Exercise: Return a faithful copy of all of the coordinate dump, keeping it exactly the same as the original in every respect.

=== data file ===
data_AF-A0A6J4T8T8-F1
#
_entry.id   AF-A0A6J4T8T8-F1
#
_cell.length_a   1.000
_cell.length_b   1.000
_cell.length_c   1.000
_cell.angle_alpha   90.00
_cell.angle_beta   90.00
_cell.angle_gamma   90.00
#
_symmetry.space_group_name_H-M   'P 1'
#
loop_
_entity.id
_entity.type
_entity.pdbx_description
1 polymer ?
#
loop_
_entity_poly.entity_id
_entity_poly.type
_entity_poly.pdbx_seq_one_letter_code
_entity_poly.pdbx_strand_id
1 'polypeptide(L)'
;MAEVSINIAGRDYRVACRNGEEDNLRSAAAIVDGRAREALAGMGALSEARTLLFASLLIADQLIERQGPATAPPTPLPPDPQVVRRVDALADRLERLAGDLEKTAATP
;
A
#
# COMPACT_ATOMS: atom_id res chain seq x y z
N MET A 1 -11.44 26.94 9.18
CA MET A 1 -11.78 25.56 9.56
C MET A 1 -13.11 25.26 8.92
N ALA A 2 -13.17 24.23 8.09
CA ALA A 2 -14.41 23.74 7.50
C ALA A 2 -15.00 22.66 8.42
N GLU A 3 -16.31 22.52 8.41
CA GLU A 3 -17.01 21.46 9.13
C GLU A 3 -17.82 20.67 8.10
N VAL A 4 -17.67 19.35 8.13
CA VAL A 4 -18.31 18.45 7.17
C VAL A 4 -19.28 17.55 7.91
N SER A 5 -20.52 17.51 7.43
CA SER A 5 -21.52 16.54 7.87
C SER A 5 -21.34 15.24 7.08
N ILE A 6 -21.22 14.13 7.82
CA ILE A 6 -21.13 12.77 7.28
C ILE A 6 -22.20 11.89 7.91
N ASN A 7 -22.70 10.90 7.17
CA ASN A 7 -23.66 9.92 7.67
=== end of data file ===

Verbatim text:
data_AF-A0A6J4T8T8-F1
#
_entry.id   AF-A0A6J4T8T8-F1
#
_cell.length_a   1.000
_cell.length_b   1.000
_cell.length_c   1.000
_cell.angle_alpha   90.00
_cell.angle_beta   90.00
_cell.angle_gamma   90.00
#
_symmetry.space_group_name_H-M   'P 1'
#
loop_
_entity.id
_entity.type
_entity.pdbx_description
1 polymer ?
#
loop_
_entity_poly.entity_id
_entity_poly.type
_entity_poly.pdbx_seq_one_letter_code
_entity_poly.pdbx_strand_id
1 'polypeptide(L)'
;MAEVSINIAGRDYRVACRNGEEDNLRSAAAIVDGRAREALAGMGALSEARTLLFASLLIADQLIERQGPATAPPTPLPPDPQVVRRVDALADRLERLAGDLEKTAATP
;
A
#
# COMPACT_ATOMS: atom_id res chain seq x y z
N MET A 1 -11.44 26.94 9.18
CA MET A 1 -11.78 25.56 9.56
C MET A 1 -13.11 25.26 8.92
N ALA A 2 -13.17 24.23 8.09
CA ALA A 2 -14.41 23.74 7.50
C ALA A 2 -15.00 22.66 8.42
N GLU A 3 -16.31 22.52 8.41
CA GLU A 3 -17.01 21.46 9.13
C GLU A 3 -17.82 20.67 8.10
N VAL A 4 -17.67 19.35 8.13
CA VAL A 4 -18.31 18.45 7.17
C VAL A 4 -19.28 17.55 7.91
N SER A 5 -20.52 17.51 7.43
CA SER A 5 -21.52 16.54 7.87
C SER A 5 -21.34 15.24 7.08
N ILE A 6 -21.22 14.13 7.82
CA ILE A 6 -21.13 12.77 7.28
C ILE A 6 -22.20 11.89 7.91
N ASN A 7 -22.70 10.90 7.17
CA ASN A 7 -23.66 9.92 7.67